Threading will probably break here as I wasn't on the list for the first email...

My concern with the standard library is that there's a couple things going on:

1. The standard library represents "accepted" functionality, kind of best practice, kind of just conventional.  Everyone (roughly) knows what you are talking about when you use things from the standard library.
2. The standard library has some firm backward compatibility guarantees.  It also has some firm stability guarantees, especially within releases (though in practice, nearly for eternity).
3. The standard library is kind of collectively owned; it's not up to the whims of one person, and can't be abandoned.
4. The standard library is one big chunk of functionality, upgraded all under one version number, and specifically works together (though in practice cross-module refactorings are uncommon).

There's positive things about these features, but 4 really drives me nuts, and I think is a strong disincentive to putting stuff into the standard library.  For packaging I think 4 actively damages maintainability.

Packaging is at the intersection of several systems:

* Python versions
* Forward and backward compatibility with distributed libraries
* System policies (e.g., Debian has changed things around a lot in the last few years)
* A whole other ecosystem of libraries outside of Python (e.g., binding to C libraries)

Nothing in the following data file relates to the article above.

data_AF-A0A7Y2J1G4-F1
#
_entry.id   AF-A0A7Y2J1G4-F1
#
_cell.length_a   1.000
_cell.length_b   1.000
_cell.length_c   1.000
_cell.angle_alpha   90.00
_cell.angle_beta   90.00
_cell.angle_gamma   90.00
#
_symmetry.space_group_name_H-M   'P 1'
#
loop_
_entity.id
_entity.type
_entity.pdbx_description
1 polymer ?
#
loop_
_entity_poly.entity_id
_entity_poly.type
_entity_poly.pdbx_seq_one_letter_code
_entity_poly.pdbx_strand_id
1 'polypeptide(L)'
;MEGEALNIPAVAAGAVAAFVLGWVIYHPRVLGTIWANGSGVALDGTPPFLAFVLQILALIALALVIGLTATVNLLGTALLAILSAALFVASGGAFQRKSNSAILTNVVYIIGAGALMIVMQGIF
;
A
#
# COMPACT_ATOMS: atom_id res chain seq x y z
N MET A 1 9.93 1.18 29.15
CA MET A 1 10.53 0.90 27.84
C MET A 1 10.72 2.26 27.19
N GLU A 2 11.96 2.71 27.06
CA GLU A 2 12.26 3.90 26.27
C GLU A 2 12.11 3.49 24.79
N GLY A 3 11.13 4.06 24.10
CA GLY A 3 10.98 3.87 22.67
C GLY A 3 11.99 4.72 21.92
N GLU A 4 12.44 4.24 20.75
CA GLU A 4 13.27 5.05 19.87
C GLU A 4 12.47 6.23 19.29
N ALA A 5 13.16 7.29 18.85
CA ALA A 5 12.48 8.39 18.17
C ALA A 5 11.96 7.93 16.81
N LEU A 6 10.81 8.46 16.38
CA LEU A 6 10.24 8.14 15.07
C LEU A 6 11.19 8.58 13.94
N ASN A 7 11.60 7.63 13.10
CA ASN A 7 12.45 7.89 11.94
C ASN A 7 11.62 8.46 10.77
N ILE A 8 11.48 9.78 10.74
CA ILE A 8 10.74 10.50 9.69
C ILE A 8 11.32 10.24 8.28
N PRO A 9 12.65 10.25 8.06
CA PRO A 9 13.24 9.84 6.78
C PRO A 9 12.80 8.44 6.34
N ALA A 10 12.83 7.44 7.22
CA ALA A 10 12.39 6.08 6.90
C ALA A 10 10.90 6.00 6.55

* Various developer toolkits, some Python specific (e.g., Cython) some not (gcc)

I don't think it's practical to think that we can determine some scope of packaging where it will be stable in the long term, all these things are changing and many are changing without any particular concern for how it affects Python (i.e., packaging must be reactive).  And frankly we clearly do not have packaging figured out, we're still circling in on something... and I think the circling will be more like a Strange Attractor than a sink drain.

The issues exist for other libraries that aren't packaging-related, of course, it's just worse for packaging.  argparse for instance is not "done"... it has bugs that won't be fixed before release, and functionality that it should reasonably include.  But there's no path for it to get better.  Will it have new and better features in Python 3.3?  Who seriously wants to write code that is only compatible with Python 3.3+ just because of some feature in argparse?  Instead everyone will work around argparse as it currently exists.  In the process they'll probably use undocumented APIs, further calcifying the library and making future improvements disruptive.

It's not very specific to argparse, I think ElementTree has similar issues.  The json library is fairly unique in that it has a scope that can be "done".  I don't know what to say about wsgiref... it's completely irrelevant in Python 3 because it was upgraded along the Python schedule despite being unready to be released (this is relatively harmless as I don't think anyone is using wsgiref in Python 3).

So, this is the tension I see.  I think aspects of the standard library process and its guarantees are useful, but the current process means releasing code that isn't ready or not releasing code that should be released, and neither is good practice and both compromise those guarantees.  Lots of moving versions can indeed be difficult to manage... though it can be made a lot easier with good practices.  Though even then distutils2 (and pip) does not even fit into that... they both enter into the workflow before you start working with libraries and versions, making them somewhat unique (though also giving them some more flexibility as they are not so strongly tied to the Python runtime, which is where stability requirements are most needed).

Ian Bicking  |